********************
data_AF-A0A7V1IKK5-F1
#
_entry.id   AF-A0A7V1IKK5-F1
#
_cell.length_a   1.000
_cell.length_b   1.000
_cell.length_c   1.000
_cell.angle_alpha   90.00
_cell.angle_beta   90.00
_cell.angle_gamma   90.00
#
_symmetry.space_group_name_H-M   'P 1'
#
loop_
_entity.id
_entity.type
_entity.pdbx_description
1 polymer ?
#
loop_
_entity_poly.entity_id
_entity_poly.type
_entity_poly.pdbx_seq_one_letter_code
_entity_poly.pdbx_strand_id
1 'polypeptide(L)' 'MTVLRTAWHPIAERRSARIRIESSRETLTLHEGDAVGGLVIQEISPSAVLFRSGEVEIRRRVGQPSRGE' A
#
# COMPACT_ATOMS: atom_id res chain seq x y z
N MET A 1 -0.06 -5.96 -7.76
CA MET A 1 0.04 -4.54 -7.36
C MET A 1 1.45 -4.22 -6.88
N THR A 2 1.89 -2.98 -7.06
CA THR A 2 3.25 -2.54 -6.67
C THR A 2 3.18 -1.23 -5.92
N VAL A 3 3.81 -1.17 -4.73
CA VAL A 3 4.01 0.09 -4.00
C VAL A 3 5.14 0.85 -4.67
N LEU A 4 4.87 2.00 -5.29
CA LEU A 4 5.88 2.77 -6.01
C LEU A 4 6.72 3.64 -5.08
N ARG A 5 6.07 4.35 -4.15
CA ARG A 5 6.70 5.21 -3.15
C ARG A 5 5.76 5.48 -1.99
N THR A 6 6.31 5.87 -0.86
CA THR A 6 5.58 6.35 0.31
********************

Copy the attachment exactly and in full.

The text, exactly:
data_AF-A0A7V1IKK5-F1
#
_entry.id   AF-A0A7V1IKK5-F1
#
_cell.length_a   1.000
_cell.length_b   1.000
_cell.length_c   1.000
_cell.angle_alpha   90.00
_cell.angle_beta   90.00
_cell.angle_gamma   90.00
#
_symmetry.space_group_name_H-M   'P 1'
#
loop_
_entity.id
_entity.type
_entity.pdbx_description
1 polymer ?
#
loop_
_entity_poly.entity_id
_entity_poly.type
_entity_poly.pdbx_seq_one_letter_code
_entity_poly.pdbx_strand_id
1 'polypeptide(L)' 'MTVLRTAWHPIAERRSARIRIESSRETLTLHEGDAVGGLVIQEISPSAVLFRSGEVEIRRRVGQPSRGE' A
#
# COMPACT_ATOMS: atom_id res chain seq x y z
N MET A 1 -0.06 -5.96 -7.76
CA MET A 1 0.04 -4.54 -7.36
C MET A 1 1.45 -4.22 -6.88
N THR A 2 1.89 -2.98 -7.06
CA THR A 2 3.25 -2.54 -6.67
C THR A 2 3.18 -1.23 -5.92
N VAL A 3 3.81 -1.17 -4.73
CA VAL A 3 4.01 0.09 -4.00
C VAL A 3 5.14 0.85 -4.67
N LEU A 4 4.87 2.00 -5.29
CA LEU A 4 5.88 2.77 -6.01
C LEU A 4 6.72 3.64 -5.08
N ARG A 5 6.07 4.35 -4.15
CA ARG A 5 6.70 5.21 -3.15
C ARG A 5 5.76 5.48 -1.99
N THR A 6 6.31 5.87 -0.86
CA THR A 6 5.58 6.35 0.31